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In and outs of the political campaigns, focusing on Michigan and Lansing, Tim Skubick will report regularly throughout the primary and then general election campaigns.

Tuesday, April 21, 2009

Getting Down To Biz

          Tanned, refreshed, and just off a two-week hiatus, Michigan's full time legislature returns to action this week with the same list of nasty issues to tackle that they had on the table when they hi-tailed it out of town.
             The agenda is no walk through the park:  Whopping budget deficits for this year and next; raising more money for the roads; banning smoking in public places, and spending more of those Obama-bucks flowing in from Washington.
             The spending part is the easy part; the rest of the agenda will challenge these folks to get it done by the summer break in early July.
            Oh, did we mention the House Speaker also wants debate on an omnibus tax-restructuring proposal, pieces of which, may be on the November ballot for you to decide this year?
            By now lawmakers are old hands at slicing up state services to balance the books.  Problem is all the low hanging fruit was plucked years ago and now it's crunch time where some lawmakers may have to sacrifice their pet projects at the budget cutting alter.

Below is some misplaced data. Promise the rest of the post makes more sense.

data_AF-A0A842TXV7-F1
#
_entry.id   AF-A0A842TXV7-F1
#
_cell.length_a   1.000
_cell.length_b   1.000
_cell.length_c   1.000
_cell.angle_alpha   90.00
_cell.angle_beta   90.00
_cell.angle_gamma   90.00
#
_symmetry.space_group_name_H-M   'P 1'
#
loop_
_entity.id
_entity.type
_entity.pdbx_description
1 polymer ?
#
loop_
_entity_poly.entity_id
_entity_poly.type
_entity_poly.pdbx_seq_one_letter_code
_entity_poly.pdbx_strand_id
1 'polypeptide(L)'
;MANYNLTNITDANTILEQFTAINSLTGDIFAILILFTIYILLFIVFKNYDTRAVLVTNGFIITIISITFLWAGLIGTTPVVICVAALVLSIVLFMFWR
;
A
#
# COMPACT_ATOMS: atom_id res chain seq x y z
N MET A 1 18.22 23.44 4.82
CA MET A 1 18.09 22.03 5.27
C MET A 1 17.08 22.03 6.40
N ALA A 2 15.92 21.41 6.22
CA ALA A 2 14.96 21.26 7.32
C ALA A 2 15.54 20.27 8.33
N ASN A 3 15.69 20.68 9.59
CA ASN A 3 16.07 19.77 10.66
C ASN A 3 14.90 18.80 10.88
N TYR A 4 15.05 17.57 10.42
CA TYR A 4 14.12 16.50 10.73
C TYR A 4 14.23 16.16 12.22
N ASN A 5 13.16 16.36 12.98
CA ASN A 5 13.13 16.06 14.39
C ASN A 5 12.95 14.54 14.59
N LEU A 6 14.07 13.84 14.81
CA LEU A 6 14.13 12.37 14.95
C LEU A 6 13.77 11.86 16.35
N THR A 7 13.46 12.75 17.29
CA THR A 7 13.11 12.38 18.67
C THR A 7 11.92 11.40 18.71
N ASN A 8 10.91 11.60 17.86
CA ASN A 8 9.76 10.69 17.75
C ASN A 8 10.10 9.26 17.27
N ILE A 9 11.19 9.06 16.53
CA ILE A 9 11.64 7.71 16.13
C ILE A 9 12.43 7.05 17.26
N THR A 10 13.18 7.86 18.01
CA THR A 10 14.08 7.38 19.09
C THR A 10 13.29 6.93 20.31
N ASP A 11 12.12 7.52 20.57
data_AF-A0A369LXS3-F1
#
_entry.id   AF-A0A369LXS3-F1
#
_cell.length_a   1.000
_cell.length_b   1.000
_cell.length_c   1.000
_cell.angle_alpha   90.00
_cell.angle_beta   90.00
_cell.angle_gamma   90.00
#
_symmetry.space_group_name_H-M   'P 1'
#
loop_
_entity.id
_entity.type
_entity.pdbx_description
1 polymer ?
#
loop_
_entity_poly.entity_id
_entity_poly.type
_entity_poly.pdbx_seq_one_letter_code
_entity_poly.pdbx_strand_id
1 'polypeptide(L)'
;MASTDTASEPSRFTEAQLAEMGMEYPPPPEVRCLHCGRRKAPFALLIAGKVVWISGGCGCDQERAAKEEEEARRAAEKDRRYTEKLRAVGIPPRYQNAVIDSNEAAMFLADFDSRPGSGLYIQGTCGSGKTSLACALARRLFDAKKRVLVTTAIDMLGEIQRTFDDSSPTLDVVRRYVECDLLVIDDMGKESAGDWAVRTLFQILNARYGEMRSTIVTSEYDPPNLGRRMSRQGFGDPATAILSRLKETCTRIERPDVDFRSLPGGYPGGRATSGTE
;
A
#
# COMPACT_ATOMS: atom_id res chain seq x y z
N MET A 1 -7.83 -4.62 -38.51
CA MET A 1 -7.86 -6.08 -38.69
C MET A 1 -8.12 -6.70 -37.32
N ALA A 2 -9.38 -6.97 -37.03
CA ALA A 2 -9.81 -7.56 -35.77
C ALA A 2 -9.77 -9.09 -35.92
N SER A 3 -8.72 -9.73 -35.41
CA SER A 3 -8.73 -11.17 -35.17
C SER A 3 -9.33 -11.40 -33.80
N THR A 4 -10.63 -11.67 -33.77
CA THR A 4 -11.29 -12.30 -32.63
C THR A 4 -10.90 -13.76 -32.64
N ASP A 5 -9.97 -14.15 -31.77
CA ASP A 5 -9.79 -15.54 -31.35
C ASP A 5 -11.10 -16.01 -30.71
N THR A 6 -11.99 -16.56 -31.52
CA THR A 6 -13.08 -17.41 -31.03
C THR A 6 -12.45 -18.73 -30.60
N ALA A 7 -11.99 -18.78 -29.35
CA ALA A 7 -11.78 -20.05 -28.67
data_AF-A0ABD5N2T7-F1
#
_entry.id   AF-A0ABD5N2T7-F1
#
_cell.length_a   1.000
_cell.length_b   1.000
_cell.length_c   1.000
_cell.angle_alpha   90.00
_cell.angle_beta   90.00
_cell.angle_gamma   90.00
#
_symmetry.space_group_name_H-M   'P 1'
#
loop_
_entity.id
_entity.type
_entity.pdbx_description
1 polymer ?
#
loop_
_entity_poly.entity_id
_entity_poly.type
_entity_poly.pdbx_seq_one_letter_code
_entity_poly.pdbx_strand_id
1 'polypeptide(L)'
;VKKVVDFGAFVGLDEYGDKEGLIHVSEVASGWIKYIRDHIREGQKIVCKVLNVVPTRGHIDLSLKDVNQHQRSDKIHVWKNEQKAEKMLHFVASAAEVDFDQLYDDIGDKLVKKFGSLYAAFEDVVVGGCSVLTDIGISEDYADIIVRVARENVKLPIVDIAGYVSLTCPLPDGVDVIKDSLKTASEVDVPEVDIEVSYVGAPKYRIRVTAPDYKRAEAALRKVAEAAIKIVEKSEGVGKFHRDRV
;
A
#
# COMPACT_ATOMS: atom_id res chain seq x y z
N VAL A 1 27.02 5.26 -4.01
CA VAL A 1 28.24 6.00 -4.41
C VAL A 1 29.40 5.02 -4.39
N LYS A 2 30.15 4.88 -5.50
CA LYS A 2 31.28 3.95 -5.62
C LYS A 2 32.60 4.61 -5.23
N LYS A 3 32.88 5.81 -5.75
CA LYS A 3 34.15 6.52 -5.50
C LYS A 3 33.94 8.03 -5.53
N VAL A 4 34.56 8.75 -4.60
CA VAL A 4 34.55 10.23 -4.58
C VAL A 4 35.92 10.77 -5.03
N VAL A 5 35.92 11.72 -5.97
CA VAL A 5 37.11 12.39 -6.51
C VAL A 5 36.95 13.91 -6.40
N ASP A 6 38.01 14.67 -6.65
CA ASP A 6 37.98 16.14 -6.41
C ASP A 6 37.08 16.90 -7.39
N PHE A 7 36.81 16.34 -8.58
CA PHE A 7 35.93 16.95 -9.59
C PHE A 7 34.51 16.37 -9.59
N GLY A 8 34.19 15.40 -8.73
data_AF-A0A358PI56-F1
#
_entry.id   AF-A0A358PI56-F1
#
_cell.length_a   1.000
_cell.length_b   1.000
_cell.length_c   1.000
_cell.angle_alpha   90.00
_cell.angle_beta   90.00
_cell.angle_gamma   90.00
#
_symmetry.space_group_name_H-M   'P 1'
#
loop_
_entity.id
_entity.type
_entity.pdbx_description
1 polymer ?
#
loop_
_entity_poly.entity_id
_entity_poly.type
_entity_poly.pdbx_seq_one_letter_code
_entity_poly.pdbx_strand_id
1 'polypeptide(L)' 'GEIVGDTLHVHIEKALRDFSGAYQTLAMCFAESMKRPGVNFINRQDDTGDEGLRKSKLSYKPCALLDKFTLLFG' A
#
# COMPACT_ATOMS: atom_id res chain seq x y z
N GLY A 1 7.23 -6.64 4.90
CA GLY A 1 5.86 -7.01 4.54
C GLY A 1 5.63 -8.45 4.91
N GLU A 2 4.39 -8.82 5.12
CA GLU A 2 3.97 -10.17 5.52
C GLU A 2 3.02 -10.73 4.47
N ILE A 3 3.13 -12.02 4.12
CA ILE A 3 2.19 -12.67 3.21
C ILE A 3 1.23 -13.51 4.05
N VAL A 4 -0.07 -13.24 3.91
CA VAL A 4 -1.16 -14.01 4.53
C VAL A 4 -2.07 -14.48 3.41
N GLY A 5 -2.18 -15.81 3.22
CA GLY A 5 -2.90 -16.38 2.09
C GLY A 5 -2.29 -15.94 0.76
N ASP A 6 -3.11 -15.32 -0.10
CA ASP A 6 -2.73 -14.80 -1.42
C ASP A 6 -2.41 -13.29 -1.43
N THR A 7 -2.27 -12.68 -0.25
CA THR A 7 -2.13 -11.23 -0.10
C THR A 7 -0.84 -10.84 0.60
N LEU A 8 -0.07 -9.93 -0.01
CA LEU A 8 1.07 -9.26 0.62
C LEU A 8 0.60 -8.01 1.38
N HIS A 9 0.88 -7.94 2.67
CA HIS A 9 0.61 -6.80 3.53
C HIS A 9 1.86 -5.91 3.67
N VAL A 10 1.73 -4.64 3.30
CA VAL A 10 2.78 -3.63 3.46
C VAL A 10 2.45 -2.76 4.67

Some of the federal stimulus money will be used to ease some of the pain, but the Granholm administration and the legislative republicans agree it cannot be used to wipe out the entire deficit.  That's because when the fed money dries up, the budget hole will simply reappear.
            Raising money for roads is a top priority for the road-building lobby for obvious reasons: More money means more jobs.  Only problem is lawmakers have to provide yes votes to do that and eliminating the gas tax and replacing it with another tax which will grow with the price of gas will not be an easy vote.
          The smoking ban remains an enigma.  Seems like everybody and his uncle in the real world favors the ban.  Except some of those uncles own casinos, cigar bars, or tobacco shops and they want an exemption and the battle over that is gumming up the debate.
          So now they get down to business and what the end product on all these issues will be in three months, is anybodies guess.


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